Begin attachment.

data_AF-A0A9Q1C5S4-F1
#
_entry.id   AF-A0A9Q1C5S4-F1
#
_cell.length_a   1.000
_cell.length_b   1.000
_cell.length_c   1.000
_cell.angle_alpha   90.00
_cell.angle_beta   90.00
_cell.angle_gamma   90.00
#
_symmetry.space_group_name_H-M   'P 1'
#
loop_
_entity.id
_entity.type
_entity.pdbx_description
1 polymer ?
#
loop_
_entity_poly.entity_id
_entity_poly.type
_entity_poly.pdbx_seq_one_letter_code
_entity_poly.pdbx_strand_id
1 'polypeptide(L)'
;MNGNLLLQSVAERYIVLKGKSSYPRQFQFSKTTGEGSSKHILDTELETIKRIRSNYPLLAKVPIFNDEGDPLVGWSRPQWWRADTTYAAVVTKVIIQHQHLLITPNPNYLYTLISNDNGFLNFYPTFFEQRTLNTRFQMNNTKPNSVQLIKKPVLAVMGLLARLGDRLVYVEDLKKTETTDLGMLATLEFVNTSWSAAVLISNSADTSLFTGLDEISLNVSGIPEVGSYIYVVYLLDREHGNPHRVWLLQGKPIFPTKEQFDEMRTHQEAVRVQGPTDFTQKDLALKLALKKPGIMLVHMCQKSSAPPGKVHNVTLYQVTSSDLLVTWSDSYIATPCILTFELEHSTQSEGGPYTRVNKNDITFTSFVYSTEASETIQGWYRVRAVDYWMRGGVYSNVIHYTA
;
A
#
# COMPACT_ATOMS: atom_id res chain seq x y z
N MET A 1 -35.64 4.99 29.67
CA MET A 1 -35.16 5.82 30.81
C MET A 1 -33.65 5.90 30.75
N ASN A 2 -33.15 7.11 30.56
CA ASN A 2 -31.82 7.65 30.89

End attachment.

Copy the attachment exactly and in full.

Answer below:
data_AF-A0A9Q1C5S4-F1
#
_entry.id   AF-A0A9Q1C5S4-F1
#
_cell.length_a   1.000
_cell.length_b   1.000
_cell.length_c   1.000
_cell.angle_alpha   90.00
_cell.angle_beta   90.00
_cell.angle_gamma   90.00
#
_symmetry.space_group_name_H-M   'P 1'
#
loop_
_entity.id
_entity.type
_entity.pdbx_description
1 polymer ?
#
loop_
_entity_poly.entity_id
_entity_poly.type
_entity_poly.pdbx_seq_one_letter_code
_entity_poly.pdbx_strand_id
1 'polypeptide(L)'
;MNGNLLLQSVAERYIVLKGKSSYPRQFQFSKTTGEGSSKHILDTELETIKRIRSNYPLLAKVPIFNDEGDPLVGWSRPQWWRADTTYAAVVTKVIIQHQHLLITPNPNYLYTLISNDNGFLNFYPTFFEQRTLNTRFQMNNTKPNSVQLIKKPVLAVMGLLARLGDRLVYVEDLKKTETTDLGMLATLEFVNTSWSAAVLISNSADTSLFTGLDEISLNVSGIPEVGSYIYVVYLLDREHGNPHRVWLLQGKPIFPTKEQFDEMRTHQEAVRVQGPTDFTQKDLALKLALKKPGIMLVHMCQKSSAPPGKVHNVTLYQVTSSDLLVTWSDSYIATPCILTFELEHSTQSEGGPYTRVNKNDITFTSFVYSTEASETIQGWYRVRAVDYWMRGGVYSNVIHYTA
;
A
#
# COMPACT_ATOMS: atom_id res chain seq x y z
N MET A 1 -35.64 4.99 29.67
CA MET A 1 -35.16 5.82 30.81
C MET A 1 -33.65 5.90 30.75
N ASN A 2 -33.15 7.11 30.56
CA ASN A 2 -31.82 7.65 30.89